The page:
A woman’s viral photos remind us that our worth doesn’t come from a clothing size or number
We all know clothing sizes make no sense. We might be able to squeeze into a size six skinny jean from H&M, but not get a size 12 from Anthropolgie over our knees and we’re swimming in a size four from The Gap. We know we shouldn’t care so much about sizes, but sometimes…well, we forget and before we know it, we’re cussing in the dressing room at Old Navy.
In other words, sometimes we need a reminder that clothing sizes are bullshit and this time, it comes to us via Katy Hamilton, who shared side-by-side photos showing just how ridiculous clothing sizes are – even from the same store. In the same size.
After losing more than 70 pounds, Hamilton needed some new clothes, so she hit up her local mall. Heading into Express (they were having a “buy one, get one for $20” sale), she grabbed two pairs of their low-rise legging jeans in the exact same size and cut. The only difference – one was black, one was dark blue. Well, at least that should have been the only difference.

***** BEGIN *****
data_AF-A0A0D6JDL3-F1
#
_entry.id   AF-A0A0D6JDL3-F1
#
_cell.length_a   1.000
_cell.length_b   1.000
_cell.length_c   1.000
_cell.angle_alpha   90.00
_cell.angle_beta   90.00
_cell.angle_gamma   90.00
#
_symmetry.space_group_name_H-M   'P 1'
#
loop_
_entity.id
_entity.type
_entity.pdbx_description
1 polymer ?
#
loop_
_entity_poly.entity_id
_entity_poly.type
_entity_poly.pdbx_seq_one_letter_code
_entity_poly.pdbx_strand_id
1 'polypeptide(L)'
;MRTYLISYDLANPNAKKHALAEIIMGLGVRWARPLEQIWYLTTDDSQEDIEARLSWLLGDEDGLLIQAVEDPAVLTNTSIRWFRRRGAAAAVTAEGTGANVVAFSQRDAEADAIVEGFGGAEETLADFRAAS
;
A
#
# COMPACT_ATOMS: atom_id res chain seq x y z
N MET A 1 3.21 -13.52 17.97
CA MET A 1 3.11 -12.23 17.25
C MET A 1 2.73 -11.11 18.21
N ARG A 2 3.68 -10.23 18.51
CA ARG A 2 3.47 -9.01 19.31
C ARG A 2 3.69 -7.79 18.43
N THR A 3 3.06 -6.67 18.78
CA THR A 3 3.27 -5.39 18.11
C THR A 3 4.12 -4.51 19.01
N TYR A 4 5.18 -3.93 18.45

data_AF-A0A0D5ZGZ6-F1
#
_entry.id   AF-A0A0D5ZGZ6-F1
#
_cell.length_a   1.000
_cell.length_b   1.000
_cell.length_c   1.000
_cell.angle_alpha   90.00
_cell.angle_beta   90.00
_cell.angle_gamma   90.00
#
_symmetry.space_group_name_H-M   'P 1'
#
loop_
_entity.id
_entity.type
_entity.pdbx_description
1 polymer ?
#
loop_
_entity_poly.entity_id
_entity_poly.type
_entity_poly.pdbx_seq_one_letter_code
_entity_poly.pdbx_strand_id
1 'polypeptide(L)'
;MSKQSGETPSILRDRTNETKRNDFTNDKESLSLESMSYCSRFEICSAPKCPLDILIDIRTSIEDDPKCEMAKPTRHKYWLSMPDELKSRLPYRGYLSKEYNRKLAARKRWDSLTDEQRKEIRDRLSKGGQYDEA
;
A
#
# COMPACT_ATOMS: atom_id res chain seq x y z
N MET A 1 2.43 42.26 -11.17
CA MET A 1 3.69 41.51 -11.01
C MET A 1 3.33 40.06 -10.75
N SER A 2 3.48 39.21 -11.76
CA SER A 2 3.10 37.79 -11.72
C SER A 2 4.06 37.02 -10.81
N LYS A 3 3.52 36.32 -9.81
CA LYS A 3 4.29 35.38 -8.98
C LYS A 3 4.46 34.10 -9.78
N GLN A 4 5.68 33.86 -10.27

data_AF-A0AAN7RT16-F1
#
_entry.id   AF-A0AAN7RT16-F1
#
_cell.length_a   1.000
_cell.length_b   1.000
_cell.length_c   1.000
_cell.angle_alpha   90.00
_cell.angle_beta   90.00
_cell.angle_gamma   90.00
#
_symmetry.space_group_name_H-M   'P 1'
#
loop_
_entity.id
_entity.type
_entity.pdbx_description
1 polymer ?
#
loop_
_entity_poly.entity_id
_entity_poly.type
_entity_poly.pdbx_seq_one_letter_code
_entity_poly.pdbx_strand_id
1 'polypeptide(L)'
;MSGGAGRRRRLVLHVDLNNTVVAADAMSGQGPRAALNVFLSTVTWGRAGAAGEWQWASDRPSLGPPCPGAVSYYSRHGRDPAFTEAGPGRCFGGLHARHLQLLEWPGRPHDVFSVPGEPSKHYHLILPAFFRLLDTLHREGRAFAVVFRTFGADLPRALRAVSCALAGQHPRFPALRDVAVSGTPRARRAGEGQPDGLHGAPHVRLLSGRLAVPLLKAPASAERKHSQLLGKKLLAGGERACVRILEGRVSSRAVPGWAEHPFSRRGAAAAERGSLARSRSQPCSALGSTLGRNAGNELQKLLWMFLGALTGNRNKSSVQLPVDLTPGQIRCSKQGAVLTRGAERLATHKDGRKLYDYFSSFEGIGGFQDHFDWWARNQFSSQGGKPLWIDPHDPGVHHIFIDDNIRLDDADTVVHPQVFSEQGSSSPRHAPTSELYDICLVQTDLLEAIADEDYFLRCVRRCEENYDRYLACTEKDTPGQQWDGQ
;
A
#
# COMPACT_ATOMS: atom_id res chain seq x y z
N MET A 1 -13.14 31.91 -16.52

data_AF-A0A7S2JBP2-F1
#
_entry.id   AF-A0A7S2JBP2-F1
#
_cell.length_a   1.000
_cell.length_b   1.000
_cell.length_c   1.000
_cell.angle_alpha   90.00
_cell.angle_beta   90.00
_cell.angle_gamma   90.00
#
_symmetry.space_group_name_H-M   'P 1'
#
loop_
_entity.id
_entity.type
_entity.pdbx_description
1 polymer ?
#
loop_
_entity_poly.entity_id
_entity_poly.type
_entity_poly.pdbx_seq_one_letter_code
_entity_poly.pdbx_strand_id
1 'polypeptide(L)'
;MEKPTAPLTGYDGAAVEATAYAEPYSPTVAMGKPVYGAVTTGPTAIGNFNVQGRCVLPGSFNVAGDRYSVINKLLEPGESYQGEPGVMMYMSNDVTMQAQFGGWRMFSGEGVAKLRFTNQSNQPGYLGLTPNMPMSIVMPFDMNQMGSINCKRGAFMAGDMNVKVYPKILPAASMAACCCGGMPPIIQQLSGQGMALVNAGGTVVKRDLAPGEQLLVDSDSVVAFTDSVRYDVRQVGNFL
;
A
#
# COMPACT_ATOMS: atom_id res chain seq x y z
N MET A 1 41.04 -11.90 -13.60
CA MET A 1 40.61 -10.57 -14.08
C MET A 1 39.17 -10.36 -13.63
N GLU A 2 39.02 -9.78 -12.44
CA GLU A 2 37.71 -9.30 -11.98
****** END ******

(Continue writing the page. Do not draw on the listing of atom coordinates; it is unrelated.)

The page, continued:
In an Instragram post, Hamilton posted photos showing just how different the two pairs of legging jeans were and explaining, “These are both a size 10 short from Express in their low rise leggings. Literally the same store, cut, size, etc. The one was a hair too big & the other didn’t even go over my thighs.”
Hamilton shared the photos to remind us all that clothing sizes are nonsense.
“If you ever find yourself in a fitting room ready to bust into tears when something doesn’t fit (we’ve all been there, myself included…millions of times…ask my mom) REMEMBER THIS PIC,” she writes.
Show of hands if you haven’t fought back tears in the dressing room trying to find a pair of jeans fit. I know I have.
“Sizing is silly,” she continues. “No one will know if you had to bump up or down because of the cut, style, or likely completely wrong sizing on the store’s part. You mean so much more than fitting into the smallest size you can.”
Hamilton tells Today she felt compelled to post the photos to remind people that the sizing is what needs to be fixed, not our bodies.
“We shouldn’t be defined by some arbitrary size,” she says. “I’m a huge proponent of finding the value we place in our lives and ourselves outside of numbers — calories, followers, salaries, weight or clothing sizes — and wanted to spread that message to others.”
Bottom line, says Hamilton: “Our value should never come from a number…on the scale or in our clothes.”
Amen to that.